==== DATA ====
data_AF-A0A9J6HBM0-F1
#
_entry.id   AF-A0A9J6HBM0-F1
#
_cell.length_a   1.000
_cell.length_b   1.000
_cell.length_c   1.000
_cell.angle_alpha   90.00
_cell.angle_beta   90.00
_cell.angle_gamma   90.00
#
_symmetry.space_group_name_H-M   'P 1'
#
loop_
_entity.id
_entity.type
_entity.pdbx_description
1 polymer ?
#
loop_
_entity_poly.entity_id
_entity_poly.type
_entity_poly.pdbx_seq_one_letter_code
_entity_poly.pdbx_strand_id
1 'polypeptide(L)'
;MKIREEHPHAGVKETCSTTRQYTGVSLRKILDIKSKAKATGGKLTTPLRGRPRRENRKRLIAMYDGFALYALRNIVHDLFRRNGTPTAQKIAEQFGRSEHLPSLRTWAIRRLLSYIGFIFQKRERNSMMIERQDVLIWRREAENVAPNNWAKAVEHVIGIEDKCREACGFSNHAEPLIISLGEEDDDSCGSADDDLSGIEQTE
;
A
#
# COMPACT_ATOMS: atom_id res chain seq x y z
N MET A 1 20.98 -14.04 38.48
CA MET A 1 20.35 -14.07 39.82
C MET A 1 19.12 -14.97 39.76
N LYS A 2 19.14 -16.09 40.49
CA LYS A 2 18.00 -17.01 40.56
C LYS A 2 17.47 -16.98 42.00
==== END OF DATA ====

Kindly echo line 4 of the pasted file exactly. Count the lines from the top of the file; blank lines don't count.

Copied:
#